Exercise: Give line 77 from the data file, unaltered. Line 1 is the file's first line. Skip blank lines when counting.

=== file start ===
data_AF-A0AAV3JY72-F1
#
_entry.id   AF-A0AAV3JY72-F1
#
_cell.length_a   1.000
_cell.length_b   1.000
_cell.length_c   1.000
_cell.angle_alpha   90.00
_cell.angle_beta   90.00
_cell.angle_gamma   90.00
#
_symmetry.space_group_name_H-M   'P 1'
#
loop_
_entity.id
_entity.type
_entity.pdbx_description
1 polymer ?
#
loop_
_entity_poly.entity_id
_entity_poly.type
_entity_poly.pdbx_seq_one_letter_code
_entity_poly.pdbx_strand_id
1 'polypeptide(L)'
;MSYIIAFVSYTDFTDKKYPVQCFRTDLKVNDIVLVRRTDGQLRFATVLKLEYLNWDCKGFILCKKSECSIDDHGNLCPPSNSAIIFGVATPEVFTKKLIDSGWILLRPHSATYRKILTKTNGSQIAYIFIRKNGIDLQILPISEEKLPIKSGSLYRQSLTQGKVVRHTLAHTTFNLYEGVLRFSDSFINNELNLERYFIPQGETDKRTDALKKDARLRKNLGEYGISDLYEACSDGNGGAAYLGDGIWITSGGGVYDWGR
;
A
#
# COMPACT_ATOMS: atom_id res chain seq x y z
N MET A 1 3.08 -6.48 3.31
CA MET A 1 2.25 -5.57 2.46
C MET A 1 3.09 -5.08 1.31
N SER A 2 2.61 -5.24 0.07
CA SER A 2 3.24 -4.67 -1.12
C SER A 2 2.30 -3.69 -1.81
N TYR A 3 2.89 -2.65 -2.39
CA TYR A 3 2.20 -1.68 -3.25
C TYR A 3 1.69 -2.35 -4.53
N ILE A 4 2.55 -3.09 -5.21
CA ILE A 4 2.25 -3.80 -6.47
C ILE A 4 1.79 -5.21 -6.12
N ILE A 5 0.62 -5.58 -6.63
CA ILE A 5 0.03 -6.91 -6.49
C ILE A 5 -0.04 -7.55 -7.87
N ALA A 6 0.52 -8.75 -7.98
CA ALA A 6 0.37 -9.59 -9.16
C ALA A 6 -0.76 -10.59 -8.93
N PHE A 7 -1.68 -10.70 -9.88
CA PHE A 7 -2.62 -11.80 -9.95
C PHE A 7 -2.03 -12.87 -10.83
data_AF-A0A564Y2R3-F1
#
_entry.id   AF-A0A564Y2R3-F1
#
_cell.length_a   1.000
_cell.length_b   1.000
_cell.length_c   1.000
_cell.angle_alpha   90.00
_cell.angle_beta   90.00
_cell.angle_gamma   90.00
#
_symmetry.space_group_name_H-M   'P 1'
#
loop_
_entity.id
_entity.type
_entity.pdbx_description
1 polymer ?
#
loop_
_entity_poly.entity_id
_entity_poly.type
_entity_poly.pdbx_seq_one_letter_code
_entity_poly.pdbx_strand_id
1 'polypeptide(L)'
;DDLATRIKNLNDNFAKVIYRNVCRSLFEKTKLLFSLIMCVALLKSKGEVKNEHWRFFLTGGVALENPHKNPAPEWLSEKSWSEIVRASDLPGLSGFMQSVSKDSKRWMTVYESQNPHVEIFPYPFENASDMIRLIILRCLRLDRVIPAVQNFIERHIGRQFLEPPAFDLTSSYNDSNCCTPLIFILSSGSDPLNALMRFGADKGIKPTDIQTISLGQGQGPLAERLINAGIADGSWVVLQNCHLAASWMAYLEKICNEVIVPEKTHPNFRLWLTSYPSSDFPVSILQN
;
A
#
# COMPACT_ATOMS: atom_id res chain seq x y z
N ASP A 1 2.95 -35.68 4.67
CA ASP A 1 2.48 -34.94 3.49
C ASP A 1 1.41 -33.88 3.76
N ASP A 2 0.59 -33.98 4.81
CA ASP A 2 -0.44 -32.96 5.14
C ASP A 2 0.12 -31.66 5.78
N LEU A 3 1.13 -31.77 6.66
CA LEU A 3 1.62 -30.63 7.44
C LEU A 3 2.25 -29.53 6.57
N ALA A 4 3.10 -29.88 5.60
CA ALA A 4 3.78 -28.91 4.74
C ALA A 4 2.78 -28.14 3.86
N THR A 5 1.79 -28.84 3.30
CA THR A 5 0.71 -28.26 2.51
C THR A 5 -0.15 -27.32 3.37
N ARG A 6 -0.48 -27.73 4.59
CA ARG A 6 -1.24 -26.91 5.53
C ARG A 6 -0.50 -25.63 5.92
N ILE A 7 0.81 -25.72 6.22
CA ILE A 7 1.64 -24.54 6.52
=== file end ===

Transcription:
;DDLATRIKNLNDNFAKVIYRNVCRSLFEKTKLLFSLIMCVALLKSKGEVKNEHWRFFLTGGVALENPHKNPAPEWLSEKSWSEIVRASDLPGLSGFMQSVSKDSKRWMTVYESQNPHVEIFPYPFENASDMIRLIILRCLRLDRVIPAVQNFIERHIGRQFLEPPAFDLTSSYNDSNCCTPLIFILSSGSDPLNALMRFGADKGIKPTDIQTISLGQGQGPLAERLINAGIADGSWVVLQNCHLAASWMAYLEKICNEVIVPEKTHPNFRLWLTSYPSSDFPVSILQN